International Best-Selling Fictionist Haruki Murakami’s Non-fiction work, WHAT I TALK ABOUT WHEN I TALK ABOUT RUNNING, is a treasure chest of insights for those who dare to write and run, and how these two disciplines connect. So far, it has been nothing short of a mother lode of golden truths to write and run by.
Here is one entry that might sound like a Murakami. If anything, this entry proves that there really is an inexhaustible gold mine of lessons to learn from running. Or, perhaps it would at least be some sort of homage to Haruki.
Running an actual race (whether you go 5, 10, 15, 21, or 42), forces you to compete with your best time. Because you have chosen time as your adversary, sometimes you find yourself either like Marty in Back to the Future or Captain Kirk (or even Shaider’s enemies – “Time Space Warp! Ngayon Din!”), wanting to try and cheat against the so-called space time continuum. This is most especially true when your legs and feet begin to rebel against your brain, then you look at your watch, do some mental math, and be horrified with the truth that you have been going way slower than your desired pace.
There never is enough time, especially for us amateur runners.
And if we were to be honest about it, there never seems to be enough time for anyone of us, for the things we really desire beyond desire itself.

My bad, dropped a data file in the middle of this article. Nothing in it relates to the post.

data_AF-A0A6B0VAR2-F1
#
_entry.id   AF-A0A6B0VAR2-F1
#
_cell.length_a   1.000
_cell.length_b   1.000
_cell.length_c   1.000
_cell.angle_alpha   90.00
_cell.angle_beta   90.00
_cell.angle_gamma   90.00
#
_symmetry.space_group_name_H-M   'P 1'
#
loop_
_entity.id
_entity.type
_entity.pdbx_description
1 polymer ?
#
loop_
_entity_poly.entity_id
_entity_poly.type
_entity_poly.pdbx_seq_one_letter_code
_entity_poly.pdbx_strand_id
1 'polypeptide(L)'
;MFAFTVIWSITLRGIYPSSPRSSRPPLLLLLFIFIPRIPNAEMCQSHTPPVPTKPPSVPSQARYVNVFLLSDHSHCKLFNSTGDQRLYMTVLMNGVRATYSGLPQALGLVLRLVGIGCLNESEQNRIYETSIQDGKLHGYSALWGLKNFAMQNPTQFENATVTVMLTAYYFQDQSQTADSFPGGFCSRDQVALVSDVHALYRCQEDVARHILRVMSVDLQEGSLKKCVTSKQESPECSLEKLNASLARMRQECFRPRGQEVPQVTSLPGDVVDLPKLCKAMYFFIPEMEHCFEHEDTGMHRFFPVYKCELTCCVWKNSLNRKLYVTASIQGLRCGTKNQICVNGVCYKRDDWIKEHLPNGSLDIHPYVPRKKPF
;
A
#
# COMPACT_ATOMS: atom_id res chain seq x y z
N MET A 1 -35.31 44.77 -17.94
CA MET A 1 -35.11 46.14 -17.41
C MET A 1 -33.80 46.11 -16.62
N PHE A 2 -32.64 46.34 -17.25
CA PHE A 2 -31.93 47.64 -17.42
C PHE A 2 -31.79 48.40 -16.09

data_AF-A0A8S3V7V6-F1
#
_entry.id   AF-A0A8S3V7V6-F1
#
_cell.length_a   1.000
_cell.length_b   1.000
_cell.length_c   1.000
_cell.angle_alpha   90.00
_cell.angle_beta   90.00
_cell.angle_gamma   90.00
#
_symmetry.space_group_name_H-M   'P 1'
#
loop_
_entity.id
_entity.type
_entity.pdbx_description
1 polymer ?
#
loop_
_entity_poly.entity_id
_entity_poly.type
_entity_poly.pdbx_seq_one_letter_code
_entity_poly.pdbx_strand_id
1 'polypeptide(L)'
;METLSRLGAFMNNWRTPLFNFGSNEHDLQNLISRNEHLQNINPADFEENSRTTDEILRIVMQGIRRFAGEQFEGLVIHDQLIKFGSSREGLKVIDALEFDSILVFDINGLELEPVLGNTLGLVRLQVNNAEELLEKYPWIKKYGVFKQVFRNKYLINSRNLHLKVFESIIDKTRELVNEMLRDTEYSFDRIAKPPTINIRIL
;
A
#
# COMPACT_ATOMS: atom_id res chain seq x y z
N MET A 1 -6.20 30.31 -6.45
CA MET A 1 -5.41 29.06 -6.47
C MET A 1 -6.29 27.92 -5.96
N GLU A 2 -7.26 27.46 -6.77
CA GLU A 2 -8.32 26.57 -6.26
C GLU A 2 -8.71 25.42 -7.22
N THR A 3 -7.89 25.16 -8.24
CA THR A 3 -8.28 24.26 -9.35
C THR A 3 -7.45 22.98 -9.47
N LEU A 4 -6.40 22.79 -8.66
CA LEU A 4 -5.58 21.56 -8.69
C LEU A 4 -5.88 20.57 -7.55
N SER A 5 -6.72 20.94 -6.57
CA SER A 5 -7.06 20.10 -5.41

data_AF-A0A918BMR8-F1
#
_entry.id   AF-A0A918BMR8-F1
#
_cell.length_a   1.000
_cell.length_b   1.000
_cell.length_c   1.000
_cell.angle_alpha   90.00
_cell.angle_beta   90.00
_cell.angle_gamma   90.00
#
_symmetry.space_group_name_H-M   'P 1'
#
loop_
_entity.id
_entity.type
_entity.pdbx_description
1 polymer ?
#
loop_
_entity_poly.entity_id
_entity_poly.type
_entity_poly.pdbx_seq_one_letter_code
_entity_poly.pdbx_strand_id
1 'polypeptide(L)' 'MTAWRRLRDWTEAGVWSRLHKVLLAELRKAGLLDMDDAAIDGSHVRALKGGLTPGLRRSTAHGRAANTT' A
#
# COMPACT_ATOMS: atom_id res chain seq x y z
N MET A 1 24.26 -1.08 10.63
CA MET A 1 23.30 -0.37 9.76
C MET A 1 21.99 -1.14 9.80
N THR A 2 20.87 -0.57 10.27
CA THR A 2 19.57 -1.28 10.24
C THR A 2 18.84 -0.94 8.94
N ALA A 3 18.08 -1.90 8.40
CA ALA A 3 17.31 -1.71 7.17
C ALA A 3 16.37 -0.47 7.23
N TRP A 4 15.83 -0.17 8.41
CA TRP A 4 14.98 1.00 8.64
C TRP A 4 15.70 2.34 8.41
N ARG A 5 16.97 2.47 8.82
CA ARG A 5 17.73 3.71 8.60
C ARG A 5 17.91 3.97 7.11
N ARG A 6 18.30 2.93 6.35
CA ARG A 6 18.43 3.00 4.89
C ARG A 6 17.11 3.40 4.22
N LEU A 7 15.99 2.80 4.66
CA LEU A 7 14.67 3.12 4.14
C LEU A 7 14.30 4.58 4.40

We never have enough time with our friends, with our loved ones, with our families, or for our dream projects, for renovating our houses and turning them into one of those pretty abodes we see in magazines, or to finally get back to theater, or to finally learn to cook an honest-to-goodness four-course meal. Yet, perhaps, there lies the lesson.
In running, because there never seems to be enough time, I tend to focus on the essentials. I stop thinking about the requirements I have to submit at work next week. I have to stop thinking about where I’m going to eat after the race. I have to stop thinking even about how bad I’ll feel once I miss my mark again. Or even how good I might feel if I succeed. Or what my Facebook status will be once I finally complete the damn thing. No. I am forced to focus on the essentials: my lungs, my heart rate, to listen to my breathing, my legs, my thighs, my feet. These are the only things I am able to control, and within the limited time I have, these are the things I will focus on.
Life will never give us enough time, probably. Unfair? Maybe. But it will force us to make time for the things that will really matter to us. For that cup of coffee with a friend we never got to see since college, for that game of hoops with officemates, for doing something that benefits society truly and remarkably, for spending lazy Sunday afternoons with the family, or even for running.